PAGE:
Sufi song (Islamabad)

Stelian Pavalache | Shimshali People, Satwa Guna Project | Pakistan 2010

Sufi music is a genre of music inspire by Sufism its philosophy, and most importantly by the works of Sufi poets, like Rumi, Hafez, Faiz, Bulleh Shah, Waris Shah and even Kabir. Qawwali is the most well known form of Sufi music, common in India and Pakistan . However, music is also central to the whirling dervishes and the ceremony of Sema, who use a slow, sedate form of music featuring the Turkish flute, the ney. The West African gnawa is another form, and Sufis from Indonesia to Afghanistan to Morocco have made music central to their practises. Some of the Sufi orders have taken an approach more akin to puritan forms of Islam, declaring music to be unhelpful to the Sufi way.

Video recordings made with Nikon D3s

Sufi love songs, are often performed as ghazals and Kafi, a solo genre accompanied by percussion and harmonium, using a repertoire of songs of Sufi poets.

Sufism or tasawwuf (Arabic: تصوّف‎) is, according to its adherents, the inner, mystical dimension of Islam. A practitioner of this tradition is generally known as a ṣūfī (صُوفِيّ). Another name for a Sufi is Dervish. Classical Sufi scholars have defined Sufism as “a science whose objective is the reparation of the heart and turning it away from all else but God.” Alternatively, in the words of the Darqawi Sufi teacher Ahmad ibn Ajiba, ”a science through which one can know how to travel into the presence of the Divine, purify one’s inner self from filth, and beautify it with a variety of praiseworthy traits.”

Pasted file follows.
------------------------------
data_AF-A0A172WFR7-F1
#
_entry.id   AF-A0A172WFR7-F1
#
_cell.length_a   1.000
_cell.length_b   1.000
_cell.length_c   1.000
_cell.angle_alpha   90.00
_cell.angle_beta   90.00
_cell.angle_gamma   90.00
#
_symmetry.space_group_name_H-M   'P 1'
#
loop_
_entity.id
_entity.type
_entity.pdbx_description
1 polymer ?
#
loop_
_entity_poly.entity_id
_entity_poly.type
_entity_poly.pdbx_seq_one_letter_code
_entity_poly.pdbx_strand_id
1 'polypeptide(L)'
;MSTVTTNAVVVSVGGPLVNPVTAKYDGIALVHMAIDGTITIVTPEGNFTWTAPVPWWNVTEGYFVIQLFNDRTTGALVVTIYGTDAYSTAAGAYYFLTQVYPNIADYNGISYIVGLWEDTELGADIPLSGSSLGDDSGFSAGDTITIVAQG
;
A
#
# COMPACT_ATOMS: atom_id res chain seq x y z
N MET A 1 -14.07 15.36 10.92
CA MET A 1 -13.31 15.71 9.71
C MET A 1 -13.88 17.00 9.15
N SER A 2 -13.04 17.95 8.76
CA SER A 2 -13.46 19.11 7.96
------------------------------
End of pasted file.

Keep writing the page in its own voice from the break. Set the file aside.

Classical Sufis were characterised by their attachment to dhikr (a practice of repeating the names of God) and asceticism. Sufism gained adherents among a number of Muslims as a reaction against the worldliness of the early Umayyad Caliphate (661-750 CE[6]). The Sufi movement has spanned several continents and cultures over a millennium, at first expressed through Arabic, then through Persian, Turkish and a dozen other languages.

”Orders” (turuq), which are either Sunnī in doctrine, trace many of their original precepts from the Islamic Prophet Muhammad through his cousin ‘Ali, with the notable exception of the Naqshbandi who trace their origins through the first Caliph, Abu Bakr. Other exclusive schools of Sufism describe themselves as distinctly Sufi.

According to Idries Shah, the Sufi philosophy is universal in nature, its roots predating the arising of Islam and the other modern-day religions; likewise, some Muslims consider Sufism outside the sphere of Islam.Mainstream scholars of Islam, however, contend that it is simply the name for the inner or esoteric dimension of Islam.

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